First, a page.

2. This is a badly made argument for not participating. Yes, the government will do what it wants, but why should that mean we don’t participate anyway and make it harder for them? Yes, the streets and protest are important, but why should that mean that the elections aren’t, too? Don’t you think we should be fighting in all available battlegrounds? I don’t know if participating is the best thing, but this article doesn’t deal with any of this and just goes straight into bashing Ramos Allup, and not for the right reasons (like his idiotic way and timing of announcing AD’s participation in the regional elections).

      • Exactly. I can’t but feel a hopeless situation, but there is this: you’ll lose all gained in the foreign sphere by participating. Like la esposa loca que grita en la calle porque el esposo le pega, luego viene uno a pegarle al esposo y la esposa lo defiende y vuelve con el. Something like that.

      • No… not if you do it smart.

        HRA is a rat, a disgusting rat, after leaving the presidency of the AN, he has lost his thunder because he is important nowhere. So he started campaigning (for months he has been touring Venezuela) and then he dropped that bomb. He was campaigning for governor

        Anyway, what should have been done is simple:

        “We will not give them any room to giggle, we will fight them in ANY battle, unfair as it may be. We are not running because we believe in the CNE, we are running to make them cheat, to make them sweat!. We do NOT believe in the CNE, but we have to register for the regionals now. And who knows, maybe when the time comes, we’ll have another CNE, if not, we will make them pay dearly for cheating their way out of them”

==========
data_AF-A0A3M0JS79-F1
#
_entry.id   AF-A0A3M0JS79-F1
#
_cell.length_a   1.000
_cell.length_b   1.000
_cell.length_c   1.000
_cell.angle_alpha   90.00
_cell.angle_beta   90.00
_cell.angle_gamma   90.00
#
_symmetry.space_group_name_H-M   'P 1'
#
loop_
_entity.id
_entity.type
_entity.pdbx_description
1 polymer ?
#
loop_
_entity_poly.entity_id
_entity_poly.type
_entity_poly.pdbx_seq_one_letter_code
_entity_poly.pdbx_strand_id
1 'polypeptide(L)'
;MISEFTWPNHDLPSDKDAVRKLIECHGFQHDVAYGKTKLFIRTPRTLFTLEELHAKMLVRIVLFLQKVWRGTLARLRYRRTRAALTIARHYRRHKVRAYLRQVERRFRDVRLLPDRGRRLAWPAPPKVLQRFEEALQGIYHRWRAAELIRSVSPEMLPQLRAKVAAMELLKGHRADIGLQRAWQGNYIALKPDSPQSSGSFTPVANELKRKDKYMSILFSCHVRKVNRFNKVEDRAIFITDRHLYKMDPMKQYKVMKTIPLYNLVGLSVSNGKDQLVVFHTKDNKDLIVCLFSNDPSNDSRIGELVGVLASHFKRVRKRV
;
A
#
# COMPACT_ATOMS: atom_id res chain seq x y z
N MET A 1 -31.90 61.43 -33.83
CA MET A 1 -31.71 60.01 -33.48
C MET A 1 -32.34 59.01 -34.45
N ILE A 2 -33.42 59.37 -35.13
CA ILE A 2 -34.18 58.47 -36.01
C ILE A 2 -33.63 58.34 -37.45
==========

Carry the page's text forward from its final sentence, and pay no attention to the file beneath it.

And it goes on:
• Primer mensaje que leo que me hace ver las cosas de una manera un poco diferente. “Dar la pelea en cualquier batalla, incluso si es en desventaja”; creo que este debería ser el mensaje en conjunto de la MUD para tratar de animar a los que cada día perdemos más la esperanza (como yo). Gracias engoa.

    • This would be a distraction, it also takes resources and focus out of our primary goal.
      There is urgency when people now are dying or in jail, we need to destroy the regime ASAP and we can’t lose the momentum and attention that this crisis currently has around the world.
      In time people abroad develop Venezuelan crisis fatigue and we lose mind share and importance as the regime consolidate itself as the new normal. Or other crises could take precedence. Time is on Maduros side.

      So hell NO NO and NO anyway you look at it.

      Many people new to this crisis might be underestimating Maduro regime.
      They won’t leave peacefully, we need to force them out and elections would be a waste of time and resources.

      • Once again, you are 100% correct.

        These people will not, let me say it again: WILL NOT, leave power by means of an election. The ANC will render governors (or the ones they so decide) powerless, so knock yourself out winning those elections.

        I wonder what Quico’s go-forward strategy is once he is done licking his wounds.

    • Alexander, there is a reason why armies don’t fight in “all available battlegrounds “, why companies don’t compete in all possible markets, or why good politicians pick and choose their battles. Because if they didn’t they would loose in all of them. People seem to forget that all possible alternatives require time and capital (both monetary and political). Even if the opposition had great resources (it has very little actually) it would be foolish to assume that they can pursue all option without incurring a very high cost.

      They need to pursue that strategy that has the best chances of succeeding. I personally, seriously doubt that regional elections will yield a regime change. Not in the short nor the long term.

      In any case, those politicians that say “we will participate in the regional elections while at the same time keeping the street hot” clearly need a refreshment on the concept of “trade-offs”